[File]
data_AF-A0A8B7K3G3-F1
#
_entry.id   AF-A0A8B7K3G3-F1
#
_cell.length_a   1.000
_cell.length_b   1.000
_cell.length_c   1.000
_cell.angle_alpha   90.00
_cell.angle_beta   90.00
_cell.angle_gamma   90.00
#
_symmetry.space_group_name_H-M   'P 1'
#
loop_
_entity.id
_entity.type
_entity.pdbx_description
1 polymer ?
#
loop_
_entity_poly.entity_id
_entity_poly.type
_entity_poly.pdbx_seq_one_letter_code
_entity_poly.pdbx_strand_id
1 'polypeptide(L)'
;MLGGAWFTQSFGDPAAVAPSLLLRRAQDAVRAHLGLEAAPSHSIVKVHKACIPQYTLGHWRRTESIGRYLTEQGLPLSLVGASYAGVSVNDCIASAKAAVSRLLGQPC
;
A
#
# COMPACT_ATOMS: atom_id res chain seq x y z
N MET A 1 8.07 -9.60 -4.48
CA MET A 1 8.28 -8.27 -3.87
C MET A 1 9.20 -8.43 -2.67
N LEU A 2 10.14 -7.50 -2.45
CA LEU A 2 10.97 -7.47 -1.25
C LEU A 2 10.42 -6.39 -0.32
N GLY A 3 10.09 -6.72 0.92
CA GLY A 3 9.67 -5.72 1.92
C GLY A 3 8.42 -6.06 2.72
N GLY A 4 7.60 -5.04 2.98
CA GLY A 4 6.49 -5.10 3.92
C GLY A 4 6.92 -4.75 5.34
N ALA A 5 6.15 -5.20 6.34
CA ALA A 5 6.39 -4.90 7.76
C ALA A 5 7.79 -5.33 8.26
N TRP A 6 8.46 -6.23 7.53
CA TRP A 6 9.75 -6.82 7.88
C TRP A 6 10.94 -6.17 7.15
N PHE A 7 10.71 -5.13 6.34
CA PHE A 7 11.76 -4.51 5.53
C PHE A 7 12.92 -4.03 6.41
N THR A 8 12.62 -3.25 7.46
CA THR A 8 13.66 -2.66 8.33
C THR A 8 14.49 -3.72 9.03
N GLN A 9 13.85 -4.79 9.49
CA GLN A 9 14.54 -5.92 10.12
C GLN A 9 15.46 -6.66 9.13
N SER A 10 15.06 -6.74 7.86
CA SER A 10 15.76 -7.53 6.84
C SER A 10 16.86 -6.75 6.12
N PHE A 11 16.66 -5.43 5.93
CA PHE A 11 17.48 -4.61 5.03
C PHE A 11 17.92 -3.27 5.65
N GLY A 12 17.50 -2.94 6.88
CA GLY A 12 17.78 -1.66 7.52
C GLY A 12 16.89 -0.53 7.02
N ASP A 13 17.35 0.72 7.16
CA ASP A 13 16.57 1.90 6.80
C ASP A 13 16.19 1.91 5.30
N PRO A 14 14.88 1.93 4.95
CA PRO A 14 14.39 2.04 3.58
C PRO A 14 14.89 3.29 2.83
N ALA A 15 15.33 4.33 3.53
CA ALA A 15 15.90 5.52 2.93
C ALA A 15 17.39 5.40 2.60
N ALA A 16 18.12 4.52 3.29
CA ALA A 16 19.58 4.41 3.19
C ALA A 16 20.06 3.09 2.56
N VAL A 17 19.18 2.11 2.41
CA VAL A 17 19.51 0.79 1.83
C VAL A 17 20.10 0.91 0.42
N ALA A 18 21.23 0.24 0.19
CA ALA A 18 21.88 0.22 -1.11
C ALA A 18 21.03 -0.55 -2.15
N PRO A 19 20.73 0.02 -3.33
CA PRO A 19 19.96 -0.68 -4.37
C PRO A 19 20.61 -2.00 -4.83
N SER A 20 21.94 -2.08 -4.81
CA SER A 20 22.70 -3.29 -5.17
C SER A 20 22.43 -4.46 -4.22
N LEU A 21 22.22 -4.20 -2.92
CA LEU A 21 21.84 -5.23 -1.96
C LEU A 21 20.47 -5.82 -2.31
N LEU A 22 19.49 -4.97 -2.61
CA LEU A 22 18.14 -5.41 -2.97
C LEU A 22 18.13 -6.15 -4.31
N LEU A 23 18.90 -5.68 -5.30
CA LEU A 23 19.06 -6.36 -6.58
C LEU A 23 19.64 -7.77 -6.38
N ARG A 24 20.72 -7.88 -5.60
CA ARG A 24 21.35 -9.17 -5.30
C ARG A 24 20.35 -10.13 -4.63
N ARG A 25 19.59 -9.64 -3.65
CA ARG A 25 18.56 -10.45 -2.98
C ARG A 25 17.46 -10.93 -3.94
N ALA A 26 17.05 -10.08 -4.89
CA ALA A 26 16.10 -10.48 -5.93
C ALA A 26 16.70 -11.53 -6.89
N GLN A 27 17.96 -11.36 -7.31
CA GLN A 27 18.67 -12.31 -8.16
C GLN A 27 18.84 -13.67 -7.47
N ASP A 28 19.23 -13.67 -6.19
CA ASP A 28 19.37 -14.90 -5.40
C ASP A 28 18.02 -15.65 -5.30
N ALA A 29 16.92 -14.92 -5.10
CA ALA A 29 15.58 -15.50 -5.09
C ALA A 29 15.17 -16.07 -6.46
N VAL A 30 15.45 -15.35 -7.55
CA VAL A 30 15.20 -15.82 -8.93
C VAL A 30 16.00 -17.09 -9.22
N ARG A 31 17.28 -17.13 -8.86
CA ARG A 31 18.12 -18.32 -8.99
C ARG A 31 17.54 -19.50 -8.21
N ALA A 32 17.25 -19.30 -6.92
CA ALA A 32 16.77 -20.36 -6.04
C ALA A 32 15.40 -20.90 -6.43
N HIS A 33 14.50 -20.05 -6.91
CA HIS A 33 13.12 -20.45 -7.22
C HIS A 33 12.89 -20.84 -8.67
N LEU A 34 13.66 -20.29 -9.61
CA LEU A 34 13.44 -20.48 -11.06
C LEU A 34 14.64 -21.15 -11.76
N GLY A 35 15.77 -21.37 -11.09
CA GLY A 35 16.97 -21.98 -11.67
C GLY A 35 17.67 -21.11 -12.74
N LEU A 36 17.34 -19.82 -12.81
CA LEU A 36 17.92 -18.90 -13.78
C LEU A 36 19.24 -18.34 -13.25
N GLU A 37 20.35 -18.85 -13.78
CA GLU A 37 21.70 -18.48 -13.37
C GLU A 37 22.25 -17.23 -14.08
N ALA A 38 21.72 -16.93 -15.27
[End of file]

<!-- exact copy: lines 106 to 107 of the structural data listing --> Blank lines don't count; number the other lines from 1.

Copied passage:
N ALA A 26 17.05 -10.08 -4.89
CA ALA A 26 16.10 -10.48 -5.93